Saturday, December 16, 2017

A Calculating Woman

Enchantress of Numbers by Jennifer Chiaverini


This is the fictionalized story of Augusta Ada King-Noel, Countess of Lovelace. In real life, not only was she the only legal child of the famed poet Lord Byron, but she was a talented mathematician and scientists, who made huge contributions to those worlds during the late 19th century. In Jennifer Chiaverini’s novel, she becomes much more than that.


Although I usually start my reviews with the positives and then follow them with misgivings, I’m going to depart from tradition with this book, and I hope you’ll understand why. As some of my readers already know, I’ve noticed that with historical fiction, authors don’t always know how to reach the perfect balance between fiction and facts. This happens most often when there is a plethora of true information available about that person, even when it seems that few people know about them. This is precisely the problem I had with this book. While it may seem unfair of me, once again, the book I was hoping to read and what I received, were two different things.

To be specific, I already knew a little bit about Lady Lovelace, in that she had some hand in the mathematics that went into building a machine that many would consider the forerunner of today’s computer. I also knew about the punch-cards used in Jacquard looms to create intricate patterns and designs for woven fabrics, and how those cards eventually led to using a similar system for inputting data into computers (and I’m old enough to have worked on a computer like that). So, my interest with the Lovelace of then and learning more about what she did that led to computers was irresistible to me. Unfortunately, the opening 30% of this book focused solely on Lord Byron and his marriage to Ada’s mother, through their disastrous separation. While this give the reader great insights into Ada’s long-suffering mother, and motivation for how she treated her only daughter, I’m almost certain that this could have been deleted from the book without any detriment whatsoever.

When Chiaverini finally got to Ada’s tale, I was really hoping that we’d get quickly into the real meat of the story. However, Chiaverini starts out by leading us to believe that Ada could recall the most obscure details of her early life, even from her first weeks and months after her birth. With this conceit, coupled with a surplus of intrigues and scandals within the extended Byron family (that lasted decades), Ada’s accomplishments seemed overshadowed, apart from the many references to how deeply (almost obsessively) she loved to study math and science. Of course, the irony here is how often Chiaverini notes that Ada wanted to do something and be recognized in the world for her own accomplishments, and not just as Lord Byron’s only legitimate daughter.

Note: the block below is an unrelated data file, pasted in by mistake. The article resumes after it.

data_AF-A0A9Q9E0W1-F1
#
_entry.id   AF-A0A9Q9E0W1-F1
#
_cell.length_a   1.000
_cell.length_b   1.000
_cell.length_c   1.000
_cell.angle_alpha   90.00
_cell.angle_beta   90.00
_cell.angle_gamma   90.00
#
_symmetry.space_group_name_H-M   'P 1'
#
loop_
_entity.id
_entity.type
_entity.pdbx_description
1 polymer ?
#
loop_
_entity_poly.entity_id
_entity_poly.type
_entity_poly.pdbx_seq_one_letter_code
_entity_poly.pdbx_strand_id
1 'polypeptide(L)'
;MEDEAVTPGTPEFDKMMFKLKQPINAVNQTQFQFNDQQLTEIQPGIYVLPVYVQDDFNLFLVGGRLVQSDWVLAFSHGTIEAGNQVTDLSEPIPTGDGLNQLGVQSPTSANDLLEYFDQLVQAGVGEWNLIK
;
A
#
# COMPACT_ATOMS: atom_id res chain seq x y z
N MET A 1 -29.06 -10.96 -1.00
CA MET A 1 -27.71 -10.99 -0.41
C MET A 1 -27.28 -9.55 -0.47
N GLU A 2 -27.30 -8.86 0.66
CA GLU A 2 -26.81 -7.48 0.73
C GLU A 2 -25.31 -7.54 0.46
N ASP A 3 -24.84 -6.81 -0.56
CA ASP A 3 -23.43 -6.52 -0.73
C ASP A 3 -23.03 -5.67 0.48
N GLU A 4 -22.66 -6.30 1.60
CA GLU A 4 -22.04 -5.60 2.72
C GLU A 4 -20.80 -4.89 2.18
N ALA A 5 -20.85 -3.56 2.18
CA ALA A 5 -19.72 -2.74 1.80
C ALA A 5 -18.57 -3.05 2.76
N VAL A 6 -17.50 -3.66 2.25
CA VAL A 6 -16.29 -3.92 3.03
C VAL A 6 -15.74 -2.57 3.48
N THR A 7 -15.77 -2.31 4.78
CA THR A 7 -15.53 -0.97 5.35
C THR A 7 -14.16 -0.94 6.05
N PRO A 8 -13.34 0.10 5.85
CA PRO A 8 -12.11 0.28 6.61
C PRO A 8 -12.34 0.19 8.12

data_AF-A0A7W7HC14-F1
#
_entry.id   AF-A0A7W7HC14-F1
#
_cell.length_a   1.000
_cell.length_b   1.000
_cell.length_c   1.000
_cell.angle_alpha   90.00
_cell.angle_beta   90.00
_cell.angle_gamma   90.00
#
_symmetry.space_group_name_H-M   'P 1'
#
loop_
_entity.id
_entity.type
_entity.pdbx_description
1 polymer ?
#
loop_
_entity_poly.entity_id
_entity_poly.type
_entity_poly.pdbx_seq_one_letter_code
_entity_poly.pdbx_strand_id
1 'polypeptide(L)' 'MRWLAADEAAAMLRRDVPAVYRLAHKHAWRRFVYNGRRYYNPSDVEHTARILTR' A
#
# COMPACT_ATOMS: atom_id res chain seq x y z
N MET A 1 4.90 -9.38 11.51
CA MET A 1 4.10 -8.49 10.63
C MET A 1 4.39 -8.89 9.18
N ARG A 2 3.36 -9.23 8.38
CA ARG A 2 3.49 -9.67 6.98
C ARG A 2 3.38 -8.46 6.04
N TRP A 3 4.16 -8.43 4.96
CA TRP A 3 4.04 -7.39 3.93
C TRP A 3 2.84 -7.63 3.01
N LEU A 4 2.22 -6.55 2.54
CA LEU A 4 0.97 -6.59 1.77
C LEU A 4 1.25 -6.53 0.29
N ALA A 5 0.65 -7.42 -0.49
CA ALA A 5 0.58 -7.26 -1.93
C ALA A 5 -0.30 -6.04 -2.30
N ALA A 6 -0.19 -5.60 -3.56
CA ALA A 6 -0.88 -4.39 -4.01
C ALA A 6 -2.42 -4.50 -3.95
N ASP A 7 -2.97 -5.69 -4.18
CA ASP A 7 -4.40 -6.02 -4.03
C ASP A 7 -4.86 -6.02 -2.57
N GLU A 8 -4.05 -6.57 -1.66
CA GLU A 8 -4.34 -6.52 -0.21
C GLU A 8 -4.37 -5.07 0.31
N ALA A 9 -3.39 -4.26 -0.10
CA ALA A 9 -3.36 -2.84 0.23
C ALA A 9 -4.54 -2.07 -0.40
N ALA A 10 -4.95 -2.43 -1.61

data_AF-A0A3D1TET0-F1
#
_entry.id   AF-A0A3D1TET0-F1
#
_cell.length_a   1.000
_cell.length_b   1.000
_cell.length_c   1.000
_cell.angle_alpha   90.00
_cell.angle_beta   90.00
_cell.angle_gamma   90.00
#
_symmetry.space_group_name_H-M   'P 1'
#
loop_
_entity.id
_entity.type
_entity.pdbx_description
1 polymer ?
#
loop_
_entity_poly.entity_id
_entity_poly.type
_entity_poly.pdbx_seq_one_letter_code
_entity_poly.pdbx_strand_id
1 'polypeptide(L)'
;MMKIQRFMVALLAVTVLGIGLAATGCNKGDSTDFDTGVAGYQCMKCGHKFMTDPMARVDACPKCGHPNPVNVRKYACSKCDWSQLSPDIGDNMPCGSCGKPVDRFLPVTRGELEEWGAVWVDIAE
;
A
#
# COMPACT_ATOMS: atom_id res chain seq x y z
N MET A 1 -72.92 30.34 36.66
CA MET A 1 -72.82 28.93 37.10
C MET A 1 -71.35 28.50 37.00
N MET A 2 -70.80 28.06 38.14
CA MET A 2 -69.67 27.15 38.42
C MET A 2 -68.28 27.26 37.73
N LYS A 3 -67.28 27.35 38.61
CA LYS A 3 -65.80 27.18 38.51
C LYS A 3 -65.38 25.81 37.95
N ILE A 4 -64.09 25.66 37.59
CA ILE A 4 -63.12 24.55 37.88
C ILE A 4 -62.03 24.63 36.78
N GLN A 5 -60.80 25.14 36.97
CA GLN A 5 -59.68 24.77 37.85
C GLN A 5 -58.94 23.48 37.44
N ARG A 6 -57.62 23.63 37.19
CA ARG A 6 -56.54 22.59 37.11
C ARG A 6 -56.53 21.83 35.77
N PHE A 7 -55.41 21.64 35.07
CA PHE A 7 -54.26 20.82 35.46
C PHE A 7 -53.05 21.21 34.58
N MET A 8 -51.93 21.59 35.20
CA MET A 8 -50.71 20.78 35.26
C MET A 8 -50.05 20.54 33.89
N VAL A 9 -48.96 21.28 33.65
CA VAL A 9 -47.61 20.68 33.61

You might ask, therefore, why I bothered to finish reading this book. The fact is, I couldn’t stop reading it because Chiaverini is such a marvelous writer. Her style beautifully fits the period, with lush descriptions (although I could have done without some of the details of the dresses) that made every scene come alive. Yes, there were times when I found myself skimming some of the text, but that was very rare. I know I use the word “compelling” often when reviewing books, but when the shoe fits… and Chiavernini’s prose just kept me fascinated, so kudos to her for that. Furthermore, the readers will feel an intimacy with Lady Lovelace throughout this book, as Chiavernini writes it fully from Ada’s viewpoint, as a type of fictionalized memoir.

In addition, I must admit that Lady Lovelace’s contributions to the field of math and science, though significant in hindsight, weren’t what anyone could call massive, or extensive, or even large. What she accomplished were three very important influences upon Charles Babbage and his “engines.” Those were her suggestion to use the Jacquard loom punch cards for more efficiency of entering data, her publication of her notes on Babbage’s work, and her writing an algorithm for one machine. By the way, that algorithm is arguably considered to be the first “computer program.” So, with only two breakthroughs and one major publication (which the world of science initially lauded, but then dismissed after they found out that it was written by a woman), I realized that any historical fiction novel about Lady Lovelace would be very thin indeed if it didn’t include at least some of her family’s history – both famous and infamous.

In short, if you’re looking for a book about Lady Lovelace that divorces her from her renowned father and his notorious life, this isn’t it, but I’m afraid that novel will either never get written, or will be very short. However, if you’re looking for a novel that encompasses everything that Lady Lovelace was and did, and everything that influenced her short life, this is just the thing. Mind you, I personally think it included far too much extraneous information (particularly the first 30% of the book), but that only proves how marvelously well researched this book is, and that’s in Chiaverini’s favor here. All things considered, I’m still willing to recommend this book, but I can only give it three stars out of five.




Dutton (a division of Penguin Random House) released "Enchantress of Numbers" by Jennifer Chiaverini on December 5, 2017. This book is available from Amazon, Barnes & Noble, Kobo (eBook or audiobook), eBooks, iTunes (iBook or audiobook), The Book Depository (free worldwide delivery), new or used from Alibris or Better World Books as well as from an IndieBound store near you. I would like to thank the publishers for sending me an ARC of this novel via NetGalley in exchange for a fair review.
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